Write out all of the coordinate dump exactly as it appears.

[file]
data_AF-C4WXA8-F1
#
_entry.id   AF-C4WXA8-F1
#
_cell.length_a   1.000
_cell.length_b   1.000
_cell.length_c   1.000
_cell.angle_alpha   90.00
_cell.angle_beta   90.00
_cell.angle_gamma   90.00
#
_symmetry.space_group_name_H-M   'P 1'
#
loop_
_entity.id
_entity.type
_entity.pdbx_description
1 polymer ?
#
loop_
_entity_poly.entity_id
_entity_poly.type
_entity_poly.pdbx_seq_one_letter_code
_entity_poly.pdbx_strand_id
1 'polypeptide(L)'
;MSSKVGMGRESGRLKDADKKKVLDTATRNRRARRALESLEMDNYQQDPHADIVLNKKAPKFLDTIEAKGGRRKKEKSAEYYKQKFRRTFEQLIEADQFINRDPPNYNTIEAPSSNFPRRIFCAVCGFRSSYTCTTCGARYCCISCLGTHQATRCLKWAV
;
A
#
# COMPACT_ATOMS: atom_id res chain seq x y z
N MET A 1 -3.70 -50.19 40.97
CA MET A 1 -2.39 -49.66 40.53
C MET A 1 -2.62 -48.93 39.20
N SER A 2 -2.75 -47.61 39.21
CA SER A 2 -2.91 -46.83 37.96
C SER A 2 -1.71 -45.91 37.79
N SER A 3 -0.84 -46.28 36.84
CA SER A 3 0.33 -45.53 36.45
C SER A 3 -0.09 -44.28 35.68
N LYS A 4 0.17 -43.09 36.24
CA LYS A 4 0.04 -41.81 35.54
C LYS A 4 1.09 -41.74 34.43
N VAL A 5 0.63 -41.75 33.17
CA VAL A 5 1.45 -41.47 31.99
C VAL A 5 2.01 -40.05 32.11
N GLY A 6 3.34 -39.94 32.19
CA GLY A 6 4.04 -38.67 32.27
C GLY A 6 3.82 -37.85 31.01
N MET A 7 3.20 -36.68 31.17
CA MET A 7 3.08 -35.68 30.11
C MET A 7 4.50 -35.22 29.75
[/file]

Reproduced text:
data_AF-C4WXA8-F1
#
_entry.id   AF-C4WXA8-F1
#
_cell.length_a   1.000
_cell.length_b   1.000
_cell.length_c   1.000
_cell.angle_alpha   90.00
_cell.angle_beta   90.00
_cell.angle_gamma   90.00
#
_symmetry.space_group_name_H-M   'P 1'
#
loop_
_entity.id
_entity.type
_entity.pdbx_description
1 polymer ?
#
loop_
_entity_poly.entity_id
_entity_poly.type
_entity_poly.pdbx_seq_one_letter_code
_entity_poly.pdbx_strand_id
1 'polypeptide(L)'
;MSSKVGMGRESGRLKDADKKKVLDTATRNRRARRALESLEMDNYQQDPHADIVLNKKAPKFLDTIEAKGGRRKKEKSAEYYKQKFRRTFEQLIEADQFINRDPPNYNTIEAPSSNFPRRIFCAVCGFRSSYTCTTCGARYCCISCLGTHQATRCLKWAV
;
A
#
# COMPACT_ATOMS: atom_id res chain seq x y z
N MET A 1 -3.70 -50.19 40.97
CA MET A 1 -2.39 -49.66 40.53
C MET A 1 -2.62 -48.93 39.20
N SER A 2 -2.75 -47.61 39.21
CA SER A 2 -2.91 -46.83 37.96
C SER A 2 -1.71 -45.91 37.79
N SER A 3 -0.84 -46.28 36.84
CA SER A 3 0.33 -45.53 36.45
C SER A 3 -0.09 -44.28 35.68
N LYS A 4 0.17 -43.09 36.24
CA LYS A 4 0.04 -41.81 35.54
C LYS A 4 1.09 -41.74 34.43
N VAL A 5 0.63 -41.75 33.17
CA VAL A 5 1.45 -41.47 31.99
C VAL A 5 2.01 -40.05 32.11
N GLY A 6 3.34 -39.94 32.19
CA GLY A 6 4.04 -38.67 32.27
C GLY A 6 3.82 -37.85 31.01
N MET A 7 3.20 -36.68 31.17
CA MET A 7 3.08 -35.68 30.11
C MET A 7 4.50 -35.22 29.75